Reviewed by Vice Adm. Robert F. Dunn, USN, (Ret.)
What a terrific escape from the routine and mundane is this book! A sitting United States Senator hires a hard-hitting former Navy SEAL to track down the Senator’s missing daughter, a beautiful and charming twenty-something. At a breathtaking pace the story takes the reader from Washington and Georgetown to Coronado, Tijuana, Cabo San Lucas and back to Washington with a side trip to Baltimore. There are encounters and narrow escapes with luck and mental and physical combat coming often into play. They came into play simultaneously when the SEAL, Jack Kane, is forcefully detained by a powerful and unscrupulous drug lord who is also a world renowned ichthyologist. This gives him license to keep live specimens in huge viewable glass walled tanks on his estate in Cabo where, “In the interest of science,” his larger specimens are sometimes fed those he wants to get rid of. Kane is lucky indeed to escape Cabo San Lucas and the fish tanks.
Before that encounter Kane had found the girl in Tijuana and discovered at the same time that, while not only did she not seem to be kidnapped and was not hurt, she appeared to be enjoying herself. He suspected she might be involved in some mysterious way with the highest levels of movers and shakers in the Mexican drug trade and he had to pursue the possibilities. Solving the puzzle despite the maze of competitiveness in the trade makes the story timely. Thugs, slick hucksters, smooth operators, sophisticated business men, police, intercontinental travel and, of course, that beautiful young woman, are all part of the huge kaleidoscope of a world only suspected by most Americans but painted in clear words by author Sam Ginder.
To help him in his quest, Kane recruits former SEAL friends and enlists the help of a District of Columbia policeman who, in turn, brings in a Baltimore policeman when the story moves to that city. As for venues, many Washington Area citizens will relate to such well-known places as a Senate office building on Capitol Hill, Connecticut Avenue and several of its bars, prestigious Washington and Georgetown restaurants, the Watergate and the Baltimore waterfront. Those familiar with Coronado will recognize the Hotel del Coronado, the Hog’s Breath Saloon on Orange Avenue, a rendezvous for Seals not far from the Hotel Del. The short distance from Coronado to the Mexican border used to make for a simple crossing, but not so easy anymore; however, guided by his Mexican born SEAL shipmate Kane slips across to Tijuana and onto a bullfight starring a magnificent young Mexican matador lending much color to the otherwise stark surroundings of Tijuana. There, at the bullfight, he finds the blond, sitting in the most prestigious box in the arena enjoying herself with assorted Mexican drug overlords.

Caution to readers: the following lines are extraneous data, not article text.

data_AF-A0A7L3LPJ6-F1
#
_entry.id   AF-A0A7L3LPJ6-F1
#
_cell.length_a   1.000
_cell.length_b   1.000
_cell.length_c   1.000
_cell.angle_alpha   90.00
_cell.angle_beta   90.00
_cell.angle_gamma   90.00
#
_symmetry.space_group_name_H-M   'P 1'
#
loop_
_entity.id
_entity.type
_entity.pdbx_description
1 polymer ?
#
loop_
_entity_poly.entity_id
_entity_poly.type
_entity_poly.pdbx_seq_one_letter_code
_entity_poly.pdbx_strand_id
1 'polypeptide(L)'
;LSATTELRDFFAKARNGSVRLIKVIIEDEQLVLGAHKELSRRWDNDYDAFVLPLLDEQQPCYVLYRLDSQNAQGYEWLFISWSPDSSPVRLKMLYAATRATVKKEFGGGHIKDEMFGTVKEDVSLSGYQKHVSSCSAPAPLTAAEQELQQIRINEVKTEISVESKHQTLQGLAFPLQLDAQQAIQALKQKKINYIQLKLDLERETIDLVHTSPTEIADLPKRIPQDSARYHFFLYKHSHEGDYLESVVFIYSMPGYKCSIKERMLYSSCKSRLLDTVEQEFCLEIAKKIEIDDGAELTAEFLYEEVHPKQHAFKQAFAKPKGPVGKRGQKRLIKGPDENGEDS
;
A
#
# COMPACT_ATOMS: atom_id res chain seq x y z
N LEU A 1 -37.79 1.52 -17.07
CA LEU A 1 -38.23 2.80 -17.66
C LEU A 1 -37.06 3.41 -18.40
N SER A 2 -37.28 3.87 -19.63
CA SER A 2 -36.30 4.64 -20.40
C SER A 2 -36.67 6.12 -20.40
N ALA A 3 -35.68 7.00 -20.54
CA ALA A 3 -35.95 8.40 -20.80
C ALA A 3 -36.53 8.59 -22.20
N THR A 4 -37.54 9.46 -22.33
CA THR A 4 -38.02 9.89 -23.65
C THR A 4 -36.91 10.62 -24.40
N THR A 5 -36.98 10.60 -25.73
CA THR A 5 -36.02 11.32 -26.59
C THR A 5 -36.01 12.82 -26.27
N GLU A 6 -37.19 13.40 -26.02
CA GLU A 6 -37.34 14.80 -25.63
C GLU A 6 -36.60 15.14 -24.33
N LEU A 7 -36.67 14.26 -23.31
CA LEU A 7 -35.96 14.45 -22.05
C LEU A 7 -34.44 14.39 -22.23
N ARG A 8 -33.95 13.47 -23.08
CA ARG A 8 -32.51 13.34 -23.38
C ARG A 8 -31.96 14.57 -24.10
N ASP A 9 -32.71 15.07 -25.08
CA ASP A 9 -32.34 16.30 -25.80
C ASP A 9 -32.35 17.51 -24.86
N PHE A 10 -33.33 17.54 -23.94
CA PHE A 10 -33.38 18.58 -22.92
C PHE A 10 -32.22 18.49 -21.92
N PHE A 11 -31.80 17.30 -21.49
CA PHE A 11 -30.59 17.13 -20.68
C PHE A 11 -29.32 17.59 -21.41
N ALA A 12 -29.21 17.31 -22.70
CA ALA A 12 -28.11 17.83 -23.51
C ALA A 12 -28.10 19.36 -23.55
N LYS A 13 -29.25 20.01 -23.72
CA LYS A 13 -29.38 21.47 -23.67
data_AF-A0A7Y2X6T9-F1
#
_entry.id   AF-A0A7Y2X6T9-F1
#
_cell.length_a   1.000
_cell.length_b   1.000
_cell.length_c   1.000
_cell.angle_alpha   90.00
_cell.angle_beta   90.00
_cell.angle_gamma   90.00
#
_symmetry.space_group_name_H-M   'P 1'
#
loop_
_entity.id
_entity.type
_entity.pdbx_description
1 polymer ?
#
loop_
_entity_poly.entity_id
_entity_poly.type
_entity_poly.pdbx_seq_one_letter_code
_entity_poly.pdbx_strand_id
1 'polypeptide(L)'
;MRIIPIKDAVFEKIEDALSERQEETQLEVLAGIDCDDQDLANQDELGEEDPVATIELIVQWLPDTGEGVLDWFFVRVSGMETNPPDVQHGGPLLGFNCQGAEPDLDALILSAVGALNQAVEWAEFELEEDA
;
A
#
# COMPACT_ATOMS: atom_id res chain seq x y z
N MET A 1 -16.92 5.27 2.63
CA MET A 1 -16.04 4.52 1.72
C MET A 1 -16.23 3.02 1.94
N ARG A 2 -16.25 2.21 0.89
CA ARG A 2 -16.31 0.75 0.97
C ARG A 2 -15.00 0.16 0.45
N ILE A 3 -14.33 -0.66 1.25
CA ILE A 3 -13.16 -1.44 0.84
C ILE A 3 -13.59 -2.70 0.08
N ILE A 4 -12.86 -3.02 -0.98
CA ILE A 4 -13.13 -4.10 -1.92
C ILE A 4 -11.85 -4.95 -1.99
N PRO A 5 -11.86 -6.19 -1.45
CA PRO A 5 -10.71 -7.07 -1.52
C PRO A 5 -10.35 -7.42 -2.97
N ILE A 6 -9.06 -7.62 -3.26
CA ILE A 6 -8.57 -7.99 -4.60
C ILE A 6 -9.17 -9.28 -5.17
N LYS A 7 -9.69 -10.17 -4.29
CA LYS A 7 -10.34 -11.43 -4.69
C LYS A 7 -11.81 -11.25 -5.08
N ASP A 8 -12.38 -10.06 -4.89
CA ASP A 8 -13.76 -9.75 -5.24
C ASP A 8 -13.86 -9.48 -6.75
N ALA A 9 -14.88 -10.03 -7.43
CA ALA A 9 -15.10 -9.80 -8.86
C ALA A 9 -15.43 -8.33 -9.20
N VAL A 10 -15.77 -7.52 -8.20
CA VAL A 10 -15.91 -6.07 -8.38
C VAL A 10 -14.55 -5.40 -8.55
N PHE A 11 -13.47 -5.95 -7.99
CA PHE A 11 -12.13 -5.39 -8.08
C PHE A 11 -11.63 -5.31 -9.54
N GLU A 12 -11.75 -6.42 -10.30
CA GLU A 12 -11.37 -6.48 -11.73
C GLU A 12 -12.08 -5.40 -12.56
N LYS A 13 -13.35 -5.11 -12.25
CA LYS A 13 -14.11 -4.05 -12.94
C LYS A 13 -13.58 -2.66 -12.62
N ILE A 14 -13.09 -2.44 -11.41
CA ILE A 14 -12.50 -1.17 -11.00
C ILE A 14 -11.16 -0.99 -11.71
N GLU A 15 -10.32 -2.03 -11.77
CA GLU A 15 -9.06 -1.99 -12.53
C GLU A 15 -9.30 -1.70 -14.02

Hesitating to try and corral the girl and take her home before the drug connection, if any, is solved he follows leads from Tijuana to Cabo San Lucas and the luxury of the Playa Grande Resort. The luxury doesn’t last long, however; he’s kidnapped by a drug lord, gets a lecture in minding his own business and witnesses those chilling fish tanks. Yet, he can’t leave it alone.
Returning to Coronado and back again to Tijuana, still not having solved the drug connection, he and some colleagues manage to kidnap the senator’s daughter and squire her back to Washington. She is not pleased, but the senator is.
Back in his office on Connecticut Avenue Kane, with the unsolved drug problem and the girl’s possible involvement still not settled, he discovers his mission is not quite finished. During a routine parcel pickup for an anonymous client he discovers that the package contains a crude Central American statuette of no apparent value. Being naturally inquisitive he discovers the statuette contains a coded message. Deciphering it with the help of an American University professor it identifies the schedule for a major drug pickup on the Baltimore docks. At that point a District of Columbia detective and his Baltimore colleague are brought in. A Baltimore narcotics squad is ready to intercept the shipment when the thugs who are to receive it are surprised by a rival gang showing up at the same time. An old fashioned Wild West shootout ensues. Nine bad guys die and the rest are captured by the Baltimore police.
There’s more, much more, and the girl and the ichthyologist do re-enter the story and so does a mole in the D.C. police department; but then to tell more would be to give it away.
Signed, SEALd and Delivered, despite its awkward title, is a smoothly written tale of mystery and action set in real-world places all wrapped in one fairly small package. I recommend you take a look.
Vice Admiral Dunn is former President of the Naval Historical Foundation and frequently contributes history book reviews to The Washington Times.